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This review is taken from PN Review 38, Volume 10 Number 6, May - June 1984.

PAYING FOR THE BRIDEGROOM'S SHOES Anthony Hecht, A Love for Four Voices (Mandeville Press, 2 Taylor's Hill, Hitchin, Herts.) £3.00
John Loveday, From the Old Foundry (Mandeville) £1.25
Ian Caws, Village Under the Sea (Mandeville) £1.00
Graham Thomas, The One Place (Poetry Wales Press, Green Hollows Cottage, Craig-yr-Eos Road, Ogmore-by-Sea, Mid Glamorgan) £2.95
Joyce Herbert, Approaching Snow (Poetry Wales Press) £2.95 Kathleen Jamie, Black Spiders (Salamander Press, 73 Morningside Park, Edinburgh, EH10 5EZ) £5.00, £2.50 pb.
Sacha Rabinowitch, Heroes and Others (Yorick Press, 32 Cossington Road, Canterbury, Kent) £1.50
Nissim Ezekiel, Latter-Day Psalms, (OUP Delhi) £2.50
Matthew Sweeney, A Round House (Allison and Busby) £3.50
Sebastian Barry, The Water Colourist (The Dolmen Press) £4.00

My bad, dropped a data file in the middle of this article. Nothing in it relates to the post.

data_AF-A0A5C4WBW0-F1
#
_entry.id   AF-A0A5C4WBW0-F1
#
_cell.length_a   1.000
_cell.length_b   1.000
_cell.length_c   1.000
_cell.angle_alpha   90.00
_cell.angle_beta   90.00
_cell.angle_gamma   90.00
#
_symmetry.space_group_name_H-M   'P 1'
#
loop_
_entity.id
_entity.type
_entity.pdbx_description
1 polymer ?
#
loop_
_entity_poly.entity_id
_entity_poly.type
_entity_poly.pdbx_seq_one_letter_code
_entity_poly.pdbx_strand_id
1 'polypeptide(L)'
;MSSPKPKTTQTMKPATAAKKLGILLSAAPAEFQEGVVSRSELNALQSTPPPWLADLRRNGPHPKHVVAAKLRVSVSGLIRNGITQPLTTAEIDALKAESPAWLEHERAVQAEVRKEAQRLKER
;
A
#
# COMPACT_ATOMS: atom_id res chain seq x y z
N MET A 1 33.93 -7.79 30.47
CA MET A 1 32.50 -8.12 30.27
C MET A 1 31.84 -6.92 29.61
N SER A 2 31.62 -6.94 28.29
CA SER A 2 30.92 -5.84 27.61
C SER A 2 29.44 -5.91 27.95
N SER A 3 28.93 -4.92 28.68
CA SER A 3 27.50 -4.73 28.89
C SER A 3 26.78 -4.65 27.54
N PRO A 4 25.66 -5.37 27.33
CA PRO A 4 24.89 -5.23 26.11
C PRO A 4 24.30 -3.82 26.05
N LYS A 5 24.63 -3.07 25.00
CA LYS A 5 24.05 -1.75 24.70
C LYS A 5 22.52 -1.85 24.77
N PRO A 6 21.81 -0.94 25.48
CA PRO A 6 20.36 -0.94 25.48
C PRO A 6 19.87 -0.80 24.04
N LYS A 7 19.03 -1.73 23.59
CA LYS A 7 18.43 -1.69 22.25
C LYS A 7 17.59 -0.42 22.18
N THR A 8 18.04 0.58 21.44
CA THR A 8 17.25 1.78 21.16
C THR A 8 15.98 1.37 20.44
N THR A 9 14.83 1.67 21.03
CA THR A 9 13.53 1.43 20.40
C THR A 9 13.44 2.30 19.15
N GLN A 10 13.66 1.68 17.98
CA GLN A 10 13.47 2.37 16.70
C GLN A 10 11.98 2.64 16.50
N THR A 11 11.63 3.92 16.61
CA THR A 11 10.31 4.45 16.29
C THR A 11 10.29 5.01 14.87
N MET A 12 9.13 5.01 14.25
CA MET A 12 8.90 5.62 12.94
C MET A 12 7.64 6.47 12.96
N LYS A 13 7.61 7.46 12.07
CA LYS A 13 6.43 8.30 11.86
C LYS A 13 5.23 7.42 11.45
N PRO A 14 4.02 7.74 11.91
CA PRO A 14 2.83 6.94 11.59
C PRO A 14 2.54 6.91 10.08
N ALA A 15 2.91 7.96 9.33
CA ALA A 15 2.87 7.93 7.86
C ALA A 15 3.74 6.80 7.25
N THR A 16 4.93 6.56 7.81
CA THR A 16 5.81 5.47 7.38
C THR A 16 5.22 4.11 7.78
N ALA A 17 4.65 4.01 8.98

The Mandeville Press only recently issued a sequence of poems based on a Shakespeare play (John Gohorry's The Coast of Bohemia, which embroiders on A Winter's Tale) and now they are doing it again with Anthony Hecht's A Love for Four Voices which takes its characters from A Midsummer Night's Dream. The sequence is subtitled 'Homage to Franz Joseph Haydn' and we are supposed to imagine a Haydn string quartet, though it would be a peculiar quartet in which each instrument played solo in turn, as Hecht's characters willy-nilly must apart from the odd unison tutti; the analogy creaks a little. Besides, to my ear Haydn sounds a robust, no-nonsense, open-air sort of a composer able to make the simple virtues (like not straying too far from the home key) credible and touching; Hecht's tone is largely ironic, camp, self-mocking. As in a great deal of recent formal verse (e.g., on this side of the Atlantic, John Fuller's) there is an implication that we are all knowing aristocratic refugees from a lost and loved rococo (who are we kidding?); the vocabulary delights in words that relish their tasteful swagger - 'superb', 'aureate', 'bechrystalled' and the like - and in nudgingly clever puns, 'civilization and its discothèques', 'a tender Juvenal', 'post oak and propter oak' (though I cannot see what that last means). Haydn and Shakespeare, Auden's The Sea and the Mirror lurking somewhere in the background, a plethora of cultural references en passant, perhaps a glance at the notion ...


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